Adenine, guanine, cytosine, and thymine. How these four DNA bases are ordered determines the makeup of a genome. And now, researchers have discovered an extra DNA base, called 5-Formylcytosine, or 5fC. They’re not sure what it does just yet, but it’s stable in every living tissue in the bodies of mice. The findings were published in Nature Chemical Biology this week.
In addition to the familiar A, G, C, and T, there are also many small chemical modifications to DNA that affect how sequences are interpreted. These are known as epigenetic marks, and they can control when certain genes are switched on or off. For example, when methyl groups – a chemical tag with one carbon and two hydrogen atoms – were added to a particular gene in ants, researchers doubled their size. In humans, babies born to mothers who smoke show epigenetic changes that aren’t seen in the babies of nonsmokers.
First discovered in 2011, 5fC is one of these marks. It’s formed when enzymes add oxygen to methylated DNA, specifically DNA with methyl attached to cytosine. But at the time, researchers thought that 5fC was just a transitional state of cytosine, which was being removed by repair enzymes. As it turns out, 5fC isn’t temporary: It’s stable in living tissue, which means that it likely plays an important role.
A team led by University of Cambridge’s Shankar Balasubramanian used high-resolution mass spectrometry to examine the levels of 5fC in living adult and embryonic mouse tissues, as well as in mouse embryonic stem cells. 5fC, they discovered, is present in all tissues, though it was difficult to detect.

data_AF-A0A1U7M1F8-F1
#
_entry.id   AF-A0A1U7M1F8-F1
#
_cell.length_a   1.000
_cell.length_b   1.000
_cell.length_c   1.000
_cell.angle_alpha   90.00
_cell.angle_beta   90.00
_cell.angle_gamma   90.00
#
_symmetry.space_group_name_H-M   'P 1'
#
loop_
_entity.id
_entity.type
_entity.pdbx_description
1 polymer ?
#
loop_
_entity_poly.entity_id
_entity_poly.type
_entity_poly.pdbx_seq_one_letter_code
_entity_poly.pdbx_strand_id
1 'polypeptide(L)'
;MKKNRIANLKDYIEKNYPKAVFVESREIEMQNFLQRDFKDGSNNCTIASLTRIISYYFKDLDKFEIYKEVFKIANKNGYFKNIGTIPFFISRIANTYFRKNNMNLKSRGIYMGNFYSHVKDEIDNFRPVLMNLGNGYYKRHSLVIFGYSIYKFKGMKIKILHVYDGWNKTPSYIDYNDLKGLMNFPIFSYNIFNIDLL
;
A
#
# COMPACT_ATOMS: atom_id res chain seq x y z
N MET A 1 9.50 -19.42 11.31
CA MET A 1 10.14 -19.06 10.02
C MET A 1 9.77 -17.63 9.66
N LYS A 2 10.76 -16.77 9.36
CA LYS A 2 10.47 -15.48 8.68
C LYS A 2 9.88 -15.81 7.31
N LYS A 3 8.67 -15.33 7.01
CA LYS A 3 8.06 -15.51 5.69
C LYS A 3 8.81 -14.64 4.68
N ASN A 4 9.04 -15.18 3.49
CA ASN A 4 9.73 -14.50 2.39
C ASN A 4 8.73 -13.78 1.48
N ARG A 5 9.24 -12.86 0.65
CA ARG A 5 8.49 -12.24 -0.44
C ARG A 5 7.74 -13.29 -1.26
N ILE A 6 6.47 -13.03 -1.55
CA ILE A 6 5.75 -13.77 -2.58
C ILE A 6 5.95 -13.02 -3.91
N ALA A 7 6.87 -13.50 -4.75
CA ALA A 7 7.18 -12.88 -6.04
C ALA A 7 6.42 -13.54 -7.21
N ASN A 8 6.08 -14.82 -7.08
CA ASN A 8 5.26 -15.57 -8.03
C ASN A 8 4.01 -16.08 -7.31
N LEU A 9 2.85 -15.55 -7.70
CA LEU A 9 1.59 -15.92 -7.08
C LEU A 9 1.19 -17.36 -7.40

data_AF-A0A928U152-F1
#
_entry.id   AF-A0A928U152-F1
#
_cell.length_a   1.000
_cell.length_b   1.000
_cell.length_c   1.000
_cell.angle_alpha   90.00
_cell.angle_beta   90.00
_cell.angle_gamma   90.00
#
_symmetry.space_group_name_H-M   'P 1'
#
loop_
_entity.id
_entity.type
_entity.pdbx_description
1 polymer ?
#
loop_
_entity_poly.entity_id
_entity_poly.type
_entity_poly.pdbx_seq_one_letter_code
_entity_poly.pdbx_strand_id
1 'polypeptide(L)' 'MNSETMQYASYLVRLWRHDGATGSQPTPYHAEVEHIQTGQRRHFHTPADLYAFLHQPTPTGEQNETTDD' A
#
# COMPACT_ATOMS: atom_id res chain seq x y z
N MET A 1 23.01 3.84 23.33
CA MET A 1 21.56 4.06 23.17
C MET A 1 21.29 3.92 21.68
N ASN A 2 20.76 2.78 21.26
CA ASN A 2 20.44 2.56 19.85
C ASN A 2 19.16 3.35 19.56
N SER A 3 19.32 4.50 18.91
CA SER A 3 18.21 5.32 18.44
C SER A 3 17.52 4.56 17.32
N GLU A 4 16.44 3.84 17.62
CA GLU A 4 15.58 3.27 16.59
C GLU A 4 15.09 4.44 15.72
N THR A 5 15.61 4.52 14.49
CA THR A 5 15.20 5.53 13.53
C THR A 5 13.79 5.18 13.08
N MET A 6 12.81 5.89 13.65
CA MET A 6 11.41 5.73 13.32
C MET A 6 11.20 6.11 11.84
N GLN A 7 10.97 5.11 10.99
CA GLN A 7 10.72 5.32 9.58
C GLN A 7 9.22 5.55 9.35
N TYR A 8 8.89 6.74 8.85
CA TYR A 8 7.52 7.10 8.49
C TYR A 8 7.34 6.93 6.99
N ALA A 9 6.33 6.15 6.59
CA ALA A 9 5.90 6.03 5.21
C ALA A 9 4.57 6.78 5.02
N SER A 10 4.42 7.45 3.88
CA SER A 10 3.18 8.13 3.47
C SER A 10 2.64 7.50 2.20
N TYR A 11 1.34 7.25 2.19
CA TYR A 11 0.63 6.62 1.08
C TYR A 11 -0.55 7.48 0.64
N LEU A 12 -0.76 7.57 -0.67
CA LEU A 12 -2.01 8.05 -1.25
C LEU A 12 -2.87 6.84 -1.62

“This modification to DNA is found in very specific positions in the genome – the places which regulate genes,” first author Martin Bachman of Cambridge says in a statement. “In addition, it’s been found in every tissue in the body – albeit in very low levels.” Balasubramanian adds: “If 5fC is present in the DNA of all tissues, it is probably there for a reason.” It’s the most common in the brain, but even there, 5fC is present at 10 parts per million or less; elsewhere, that number drops to between 1 and 5 parts per million.
The team measured the uptake of stable carbon and hydrogen isotopes to 5fC in the DNA of mouse cells. If 5fC were a transient molecule, the isotope uptake would be high. But instead, they saw a lack of uptake in the adult brain tissue, suggesting that 5fC is, in fact, a stable modification. “It had been thought this modification was solely a short-lived intermediate,” Balasubramanian says, “but the fact that we’ve demonstrated it can be stable in living tissue shows that it could regulate gene expression and potentially signal other events in cells.”
While its function is a mystery for now, the team thinks that 5fC may alter the way that DNA is recognized by proteins, which could result in changes to the way genes are expressed.